Report by Jon Cocks 14/05/03
"It's all very well to be playing the game in the right spirit when things are going your way," said a disapproving ACB chief James Sutherland from Australia, after absorbing the Day Four onfield hostility from the Caribbean," but if things are not going your way, that's when the real test is on. If you can't carry yourself in the true spirit of the game at those times, perhaps you need to have a good look at yourself."
Could this presage a new order and approach by Australian team management? Steve Waugh was officially directed to control his players, after he was apparently seen to condone the white-hot confrontations between his players and the West Indians during the final test of the 2003 Test match series, which concluded in a record-breaking run-chase to get 418 and a famous three-wicket victory to the hosts.
The concluding Test of the series, a dead rubber given Australia’s 3-0 lead and retention of the Sir Frank Worrell Trophy, might have been quickly forgotten as something of an afterthought, a concluding fixture of little significance in a crowded program for both nations. Australia had already reclaimed the ICC Test Match Championship Mace.
What else could this somewhat redundant-seeming fixture offer? Eventual Man-of-the-Series Ricky Ponting had to miss it due to illness, allowing Martin Love to play. After Steve Waugh won the toss and elected to bat, it quickly became apparent that the pitch would be lively, a description that would seriously understate the drama that would unfold over the five days of play that unfolded.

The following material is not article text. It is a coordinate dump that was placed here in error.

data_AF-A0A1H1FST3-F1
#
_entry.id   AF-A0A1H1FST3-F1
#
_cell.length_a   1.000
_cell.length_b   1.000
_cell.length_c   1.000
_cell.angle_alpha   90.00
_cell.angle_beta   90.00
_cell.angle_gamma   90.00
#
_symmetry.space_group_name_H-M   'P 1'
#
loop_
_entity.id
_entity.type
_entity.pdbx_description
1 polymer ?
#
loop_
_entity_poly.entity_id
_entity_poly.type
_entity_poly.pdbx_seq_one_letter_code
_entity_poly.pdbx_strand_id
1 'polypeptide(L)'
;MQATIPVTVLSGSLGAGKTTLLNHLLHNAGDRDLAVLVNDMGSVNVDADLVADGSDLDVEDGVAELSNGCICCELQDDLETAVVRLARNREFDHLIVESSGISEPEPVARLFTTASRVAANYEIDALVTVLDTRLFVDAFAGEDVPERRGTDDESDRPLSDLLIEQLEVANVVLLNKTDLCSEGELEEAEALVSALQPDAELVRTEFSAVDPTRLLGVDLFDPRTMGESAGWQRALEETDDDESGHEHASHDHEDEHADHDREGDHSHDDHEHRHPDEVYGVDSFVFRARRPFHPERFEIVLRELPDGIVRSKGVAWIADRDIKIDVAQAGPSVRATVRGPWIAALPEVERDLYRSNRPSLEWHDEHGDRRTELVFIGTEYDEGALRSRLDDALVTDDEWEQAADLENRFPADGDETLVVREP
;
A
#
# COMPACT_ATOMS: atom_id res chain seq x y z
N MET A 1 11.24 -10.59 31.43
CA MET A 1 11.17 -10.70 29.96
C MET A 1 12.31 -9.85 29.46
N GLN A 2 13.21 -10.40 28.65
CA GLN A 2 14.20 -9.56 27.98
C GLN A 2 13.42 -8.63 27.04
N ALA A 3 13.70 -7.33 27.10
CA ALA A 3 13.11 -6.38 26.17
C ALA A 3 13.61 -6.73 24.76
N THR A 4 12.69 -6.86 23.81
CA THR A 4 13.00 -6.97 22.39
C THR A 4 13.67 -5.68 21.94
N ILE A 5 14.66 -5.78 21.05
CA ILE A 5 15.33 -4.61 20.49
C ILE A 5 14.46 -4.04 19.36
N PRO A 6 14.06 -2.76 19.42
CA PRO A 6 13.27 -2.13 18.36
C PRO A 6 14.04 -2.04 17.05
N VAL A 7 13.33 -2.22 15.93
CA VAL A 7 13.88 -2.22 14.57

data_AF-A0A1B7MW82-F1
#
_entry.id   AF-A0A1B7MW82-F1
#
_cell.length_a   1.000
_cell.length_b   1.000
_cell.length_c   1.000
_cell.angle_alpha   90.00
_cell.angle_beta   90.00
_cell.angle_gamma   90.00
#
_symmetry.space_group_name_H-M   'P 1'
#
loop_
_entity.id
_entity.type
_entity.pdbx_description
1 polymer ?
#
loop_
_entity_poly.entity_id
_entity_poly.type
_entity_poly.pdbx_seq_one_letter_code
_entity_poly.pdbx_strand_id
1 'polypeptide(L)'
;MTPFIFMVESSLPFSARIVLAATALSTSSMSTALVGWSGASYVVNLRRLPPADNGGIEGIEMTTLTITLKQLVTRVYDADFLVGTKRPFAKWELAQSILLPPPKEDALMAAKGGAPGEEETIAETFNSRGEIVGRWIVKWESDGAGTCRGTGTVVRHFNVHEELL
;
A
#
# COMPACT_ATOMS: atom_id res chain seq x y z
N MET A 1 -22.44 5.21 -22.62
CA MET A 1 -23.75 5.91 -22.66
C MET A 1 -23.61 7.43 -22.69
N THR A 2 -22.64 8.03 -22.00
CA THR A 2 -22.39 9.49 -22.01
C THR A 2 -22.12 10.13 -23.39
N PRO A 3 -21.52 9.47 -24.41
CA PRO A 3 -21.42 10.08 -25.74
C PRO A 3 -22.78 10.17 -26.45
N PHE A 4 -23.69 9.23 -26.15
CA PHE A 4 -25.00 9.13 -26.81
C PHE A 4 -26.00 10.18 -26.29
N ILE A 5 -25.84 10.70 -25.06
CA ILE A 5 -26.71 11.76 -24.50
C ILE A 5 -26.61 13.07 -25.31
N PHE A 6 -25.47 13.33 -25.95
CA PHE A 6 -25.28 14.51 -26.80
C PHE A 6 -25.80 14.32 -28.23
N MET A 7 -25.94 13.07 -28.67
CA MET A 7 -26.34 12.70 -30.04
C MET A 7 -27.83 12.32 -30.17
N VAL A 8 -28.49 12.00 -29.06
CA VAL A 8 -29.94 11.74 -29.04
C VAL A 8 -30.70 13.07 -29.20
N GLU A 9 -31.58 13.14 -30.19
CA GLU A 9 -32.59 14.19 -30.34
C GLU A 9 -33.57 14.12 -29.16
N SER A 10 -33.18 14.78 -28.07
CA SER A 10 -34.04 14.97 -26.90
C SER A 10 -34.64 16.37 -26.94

By the end of Day One, though, when young Jamaican paceman Jermaine Lawson had captured seven Australian wickets and come under scrutiny as an alleged chucker over his hyper-extended bowling arm, it was clear that the Test at the home of Viv Richards, Richie Richardson and Curtley Ambrose would be anything but an afterthought.
No Australian batsman reached fifty. That the West Indians matched the Australian 240 was due in no small measure again to the captain. When Australia had been dismissed and the hosts went in at 2-47, pundits predicted a three-day test. Omari Banks continued his good off-spinning work from his debut Test and Merv Dillon provided good support.
Brian Lara exchanged sharp words with Matt Hayden and Darren Lehmann before he faced his first ball from Brett Lee, which he cut over point for six. His aggressive 68 was curtailed by the irrepressible Andy Bichel, who has made a habit of dismissing the Trinidadian master, this time caught by the dependable Justin Langer.
The West Indians slumped to 6-140 by lunch on Day Two. Nothing even remotely foreshadowed the extraordinary turnaround that would take place in regard to the batting, until after the last two wickets managed a useful 43.
Hayden and Langer slaughtered the West Indian bowling in an unbroken partnership that took the Australian second innings score to 0-177 at the end of Day Two. The score advanced from 100 to 150 in only five overs, as both batsmen smashed the ball to the boundary on all parts of St John’s. On Day Three the Australian openers raised their fifth 200 opening stand in nineteen Tests.
Umpire Shepherd’s superstitions appeared founded when Langer went for a ‘Nelson’, presaging an unhappy time for the experienced English umpire. He would have to intervene in almost unprecedented Day Four hostility and suffer harsh criticism for a bad decision against Ridley Jacobs, in which he allowed a first-ball caught behind decision that struck the wicket-keeper on the elbow.